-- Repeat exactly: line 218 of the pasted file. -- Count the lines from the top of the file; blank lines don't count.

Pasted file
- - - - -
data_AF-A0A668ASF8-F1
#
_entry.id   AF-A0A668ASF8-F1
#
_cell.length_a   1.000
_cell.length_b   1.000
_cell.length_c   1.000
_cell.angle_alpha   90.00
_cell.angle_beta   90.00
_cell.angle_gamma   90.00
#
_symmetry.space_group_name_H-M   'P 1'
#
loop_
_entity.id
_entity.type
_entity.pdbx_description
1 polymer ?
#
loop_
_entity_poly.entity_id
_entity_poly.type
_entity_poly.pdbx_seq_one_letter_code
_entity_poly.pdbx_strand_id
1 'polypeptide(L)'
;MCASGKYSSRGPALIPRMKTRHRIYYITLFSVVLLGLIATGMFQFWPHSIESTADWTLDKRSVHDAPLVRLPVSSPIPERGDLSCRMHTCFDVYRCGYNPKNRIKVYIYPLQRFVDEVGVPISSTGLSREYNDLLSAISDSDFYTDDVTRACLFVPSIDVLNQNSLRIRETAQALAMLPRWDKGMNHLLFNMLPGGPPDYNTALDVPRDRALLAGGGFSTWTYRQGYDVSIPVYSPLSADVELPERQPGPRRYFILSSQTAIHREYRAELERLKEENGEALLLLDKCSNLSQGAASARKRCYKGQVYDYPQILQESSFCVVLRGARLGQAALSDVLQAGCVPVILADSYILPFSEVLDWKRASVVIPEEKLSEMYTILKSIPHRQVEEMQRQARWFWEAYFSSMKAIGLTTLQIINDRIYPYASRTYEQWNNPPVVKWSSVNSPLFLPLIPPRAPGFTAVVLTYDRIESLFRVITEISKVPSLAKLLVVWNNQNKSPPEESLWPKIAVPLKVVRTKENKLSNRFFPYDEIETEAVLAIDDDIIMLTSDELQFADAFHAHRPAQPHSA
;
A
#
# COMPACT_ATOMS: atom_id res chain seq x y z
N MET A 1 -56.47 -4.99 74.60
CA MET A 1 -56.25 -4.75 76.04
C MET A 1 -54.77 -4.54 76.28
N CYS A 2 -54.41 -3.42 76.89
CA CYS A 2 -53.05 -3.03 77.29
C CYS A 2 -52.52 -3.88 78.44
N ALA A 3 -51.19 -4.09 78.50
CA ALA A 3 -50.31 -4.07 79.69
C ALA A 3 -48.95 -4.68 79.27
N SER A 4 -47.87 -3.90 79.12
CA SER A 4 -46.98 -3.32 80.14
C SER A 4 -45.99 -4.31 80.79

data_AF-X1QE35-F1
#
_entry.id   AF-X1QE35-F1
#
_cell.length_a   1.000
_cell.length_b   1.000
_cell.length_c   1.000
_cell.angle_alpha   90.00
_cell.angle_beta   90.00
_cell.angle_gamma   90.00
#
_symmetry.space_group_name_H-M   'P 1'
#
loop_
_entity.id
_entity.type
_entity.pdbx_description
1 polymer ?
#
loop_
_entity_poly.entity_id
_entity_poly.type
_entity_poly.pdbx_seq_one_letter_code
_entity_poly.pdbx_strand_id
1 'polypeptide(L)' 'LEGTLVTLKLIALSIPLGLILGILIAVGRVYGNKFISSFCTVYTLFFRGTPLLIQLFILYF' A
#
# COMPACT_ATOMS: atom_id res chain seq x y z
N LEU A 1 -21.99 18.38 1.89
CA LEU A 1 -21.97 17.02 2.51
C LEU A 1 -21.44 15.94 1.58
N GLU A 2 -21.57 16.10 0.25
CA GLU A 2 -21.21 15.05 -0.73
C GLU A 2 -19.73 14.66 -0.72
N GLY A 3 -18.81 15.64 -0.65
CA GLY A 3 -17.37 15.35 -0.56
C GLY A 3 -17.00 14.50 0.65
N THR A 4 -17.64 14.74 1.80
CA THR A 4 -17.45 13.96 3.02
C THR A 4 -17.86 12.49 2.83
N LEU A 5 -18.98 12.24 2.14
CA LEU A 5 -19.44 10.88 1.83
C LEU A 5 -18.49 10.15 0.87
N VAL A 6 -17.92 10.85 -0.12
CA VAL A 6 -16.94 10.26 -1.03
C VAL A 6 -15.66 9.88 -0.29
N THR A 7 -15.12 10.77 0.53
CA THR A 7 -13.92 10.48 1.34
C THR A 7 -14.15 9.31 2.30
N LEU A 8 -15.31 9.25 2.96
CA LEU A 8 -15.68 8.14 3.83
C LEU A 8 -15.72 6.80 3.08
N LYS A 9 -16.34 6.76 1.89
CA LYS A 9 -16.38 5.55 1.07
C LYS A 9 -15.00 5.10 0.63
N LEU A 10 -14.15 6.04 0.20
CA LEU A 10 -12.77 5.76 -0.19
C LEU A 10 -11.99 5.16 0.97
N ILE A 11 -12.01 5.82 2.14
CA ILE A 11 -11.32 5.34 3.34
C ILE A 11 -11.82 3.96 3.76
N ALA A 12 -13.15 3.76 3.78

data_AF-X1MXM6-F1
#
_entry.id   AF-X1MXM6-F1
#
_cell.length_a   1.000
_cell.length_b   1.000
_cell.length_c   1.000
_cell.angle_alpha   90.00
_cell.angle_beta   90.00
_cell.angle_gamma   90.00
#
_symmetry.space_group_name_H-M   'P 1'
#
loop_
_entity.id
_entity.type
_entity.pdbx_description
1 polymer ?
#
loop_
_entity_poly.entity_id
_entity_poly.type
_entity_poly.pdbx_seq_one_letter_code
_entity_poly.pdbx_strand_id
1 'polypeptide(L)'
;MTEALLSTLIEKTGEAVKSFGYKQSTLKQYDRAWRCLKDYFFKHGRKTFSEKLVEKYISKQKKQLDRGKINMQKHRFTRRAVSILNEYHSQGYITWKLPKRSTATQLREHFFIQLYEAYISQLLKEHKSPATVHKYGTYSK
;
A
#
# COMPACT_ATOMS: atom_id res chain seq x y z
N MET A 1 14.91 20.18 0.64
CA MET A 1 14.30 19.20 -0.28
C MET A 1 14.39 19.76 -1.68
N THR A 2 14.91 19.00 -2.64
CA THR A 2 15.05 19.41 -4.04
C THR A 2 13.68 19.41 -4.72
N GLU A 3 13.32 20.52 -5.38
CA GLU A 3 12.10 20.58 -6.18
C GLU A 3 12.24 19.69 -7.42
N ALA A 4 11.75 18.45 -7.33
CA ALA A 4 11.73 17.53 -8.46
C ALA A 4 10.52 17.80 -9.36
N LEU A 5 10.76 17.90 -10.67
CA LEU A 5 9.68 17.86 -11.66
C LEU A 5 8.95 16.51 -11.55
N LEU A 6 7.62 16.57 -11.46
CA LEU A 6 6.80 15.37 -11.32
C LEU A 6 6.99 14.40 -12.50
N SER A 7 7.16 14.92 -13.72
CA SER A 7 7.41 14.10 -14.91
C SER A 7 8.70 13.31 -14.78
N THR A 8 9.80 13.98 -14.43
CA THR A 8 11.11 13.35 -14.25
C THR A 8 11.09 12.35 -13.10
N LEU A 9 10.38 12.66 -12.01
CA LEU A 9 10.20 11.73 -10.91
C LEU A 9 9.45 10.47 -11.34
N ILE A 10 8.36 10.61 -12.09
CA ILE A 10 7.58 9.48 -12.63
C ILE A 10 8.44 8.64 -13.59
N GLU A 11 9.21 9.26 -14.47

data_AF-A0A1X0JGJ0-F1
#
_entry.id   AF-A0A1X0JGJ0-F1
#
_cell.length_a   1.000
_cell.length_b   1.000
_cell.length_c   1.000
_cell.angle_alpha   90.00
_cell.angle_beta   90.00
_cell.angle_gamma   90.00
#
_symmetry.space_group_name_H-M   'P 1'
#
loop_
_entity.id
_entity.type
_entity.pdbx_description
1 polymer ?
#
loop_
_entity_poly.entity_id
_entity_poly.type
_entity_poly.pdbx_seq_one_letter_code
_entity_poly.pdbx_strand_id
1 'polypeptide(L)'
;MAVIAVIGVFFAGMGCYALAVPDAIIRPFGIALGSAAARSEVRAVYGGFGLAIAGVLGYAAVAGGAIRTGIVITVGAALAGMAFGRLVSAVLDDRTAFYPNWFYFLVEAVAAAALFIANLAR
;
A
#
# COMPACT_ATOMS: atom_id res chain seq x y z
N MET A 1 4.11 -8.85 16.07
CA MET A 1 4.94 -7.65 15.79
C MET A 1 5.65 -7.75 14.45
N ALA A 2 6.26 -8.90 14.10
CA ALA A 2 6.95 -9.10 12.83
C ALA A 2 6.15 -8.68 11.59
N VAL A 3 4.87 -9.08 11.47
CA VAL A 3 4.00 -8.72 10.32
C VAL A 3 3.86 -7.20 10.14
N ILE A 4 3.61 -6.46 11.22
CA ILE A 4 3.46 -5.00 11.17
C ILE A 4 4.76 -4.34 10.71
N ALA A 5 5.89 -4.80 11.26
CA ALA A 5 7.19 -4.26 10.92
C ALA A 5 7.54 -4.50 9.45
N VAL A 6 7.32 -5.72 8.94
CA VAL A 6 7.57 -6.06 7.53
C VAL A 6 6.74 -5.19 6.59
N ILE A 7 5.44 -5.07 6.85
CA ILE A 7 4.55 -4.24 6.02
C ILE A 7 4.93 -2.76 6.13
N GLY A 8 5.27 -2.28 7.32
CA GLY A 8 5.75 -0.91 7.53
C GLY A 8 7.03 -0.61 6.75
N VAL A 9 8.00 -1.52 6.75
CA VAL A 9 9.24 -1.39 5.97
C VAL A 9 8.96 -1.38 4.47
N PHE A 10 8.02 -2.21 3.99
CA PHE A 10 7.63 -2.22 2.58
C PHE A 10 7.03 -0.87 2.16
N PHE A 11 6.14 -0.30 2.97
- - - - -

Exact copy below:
C GLY A 8 7.03 -0.61 6.75